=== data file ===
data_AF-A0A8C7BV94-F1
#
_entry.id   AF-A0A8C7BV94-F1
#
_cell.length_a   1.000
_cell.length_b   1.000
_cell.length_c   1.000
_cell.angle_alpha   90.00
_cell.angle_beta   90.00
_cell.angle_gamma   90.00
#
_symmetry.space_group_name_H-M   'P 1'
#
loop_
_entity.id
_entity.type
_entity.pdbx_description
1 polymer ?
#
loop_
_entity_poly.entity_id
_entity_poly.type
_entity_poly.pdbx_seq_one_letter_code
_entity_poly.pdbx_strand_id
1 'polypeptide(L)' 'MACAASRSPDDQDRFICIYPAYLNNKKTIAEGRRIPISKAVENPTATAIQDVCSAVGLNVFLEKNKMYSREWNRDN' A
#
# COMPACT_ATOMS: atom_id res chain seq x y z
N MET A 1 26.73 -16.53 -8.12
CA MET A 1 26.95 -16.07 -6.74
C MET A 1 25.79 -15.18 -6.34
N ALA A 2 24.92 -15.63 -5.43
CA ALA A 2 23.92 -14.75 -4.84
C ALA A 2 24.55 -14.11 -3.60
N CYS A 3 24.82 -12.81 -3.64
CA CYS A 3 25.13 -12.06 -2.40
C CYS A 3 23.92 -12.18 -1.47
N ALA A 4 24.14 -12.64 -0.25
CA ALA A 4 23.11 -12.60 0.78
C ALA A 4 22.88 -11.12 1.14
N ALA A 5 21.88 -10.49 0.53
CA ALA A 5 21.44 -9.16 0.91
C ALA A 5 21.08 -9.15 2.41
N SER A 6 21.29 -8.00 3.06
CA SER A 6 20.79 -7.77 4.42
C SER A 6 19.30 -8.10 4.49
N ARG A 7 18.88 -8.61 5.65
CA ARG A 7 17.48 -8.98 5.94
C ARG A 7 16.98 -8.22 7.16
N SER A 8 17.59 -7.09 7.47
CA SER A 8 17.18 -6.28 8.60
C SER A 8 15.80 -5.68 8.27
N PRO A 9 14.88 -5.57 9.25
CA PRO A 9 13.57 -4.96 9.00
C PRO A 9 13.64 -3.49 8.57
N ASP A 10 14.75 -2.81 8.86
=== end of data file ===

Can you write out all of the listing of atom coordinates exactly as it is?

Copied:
data_AF-A0A8C7BV94-F1
#
_entry.id   AF-A0A8C7BV94-F1
#
_cell.length_a   1.000
_cell.length_b   1.000
_cell.length_c   1.000
_cell.angle_alpha   90.00
_cell.angle_beta   90.00
_cell.angle_gamma   90.00
#
_symmetry.space_group_name_H-M   'P 1'
#
loop_
_entity.id
_entity.type
_entity.pdbx_description
1 polymer ?
#
loop_
_entity_poly.entity_id
_entity_poly.type
_entity_poly.pdbx_seq_one_letter_code
_entity_poly.pdbx_strand_id
1 'polypeptide(L)' 'MACAASRSPDDQDRFICIYPAYLNNKKTIAEGRRIPISKAVENPTATAIQDVCSAVGLNVFLEKNKMYSREWNRDN' A
#
# COMPACT_ATOMS: atom_id res chain seq x y z
N MET A 1 26.73 -16.53 -8.12
CA MET A 1 26.95 -16.07 -6.74
C MET A 1 25.79 -15.18 -6.34
N ALA A 2 24.92 -15.63 -5.43
CA ALA A 2 23.92 -14.75 -4.84
C ALA A 2 24.55 -14.11 -3.60
N CYS A 3 24.82 -12.81 -3.64
CA CYS A 3 25.13 -12.06 -2.40
C CYS A 3 23.92 -12.18 -1.47
N ALA A 4 24.14 -12.64 -0.25
CA ALA A 4 23.11 -12.60 0.78
C ALA A 4 22.88 -11.12 1.14
N ALA A 5 21.88 -10.49 0.53
CA ALA A 5 21.44 -9.16 0.91
C ALA A 5 21.08 -9.15 2.41
N SER A 6 21.29 -8.00 3.06
CA SER A 6 20.79 -7.77 4.42
C SER A 6 19.30 -8.10 4.49
N ARG A 7 18.88 -8.61 5.65
CA ARG A 7 17.48 -8.98 5.94
C ARG A 7 16.98 -8.22 7.16
N SER A 8 17.59 -7.09 7.47
CA SER A 8 17.18 -6.28 8.60
C SER A 8 15.80 -5.68 8.27
N PRO A 9 14.88 -5.57 9.25
CA PRO A 9 13.57 -4.96 9.00
C PRO A 9 13.64 -3.49 8.57
N ASP A 10 14.75 -2.81 8.86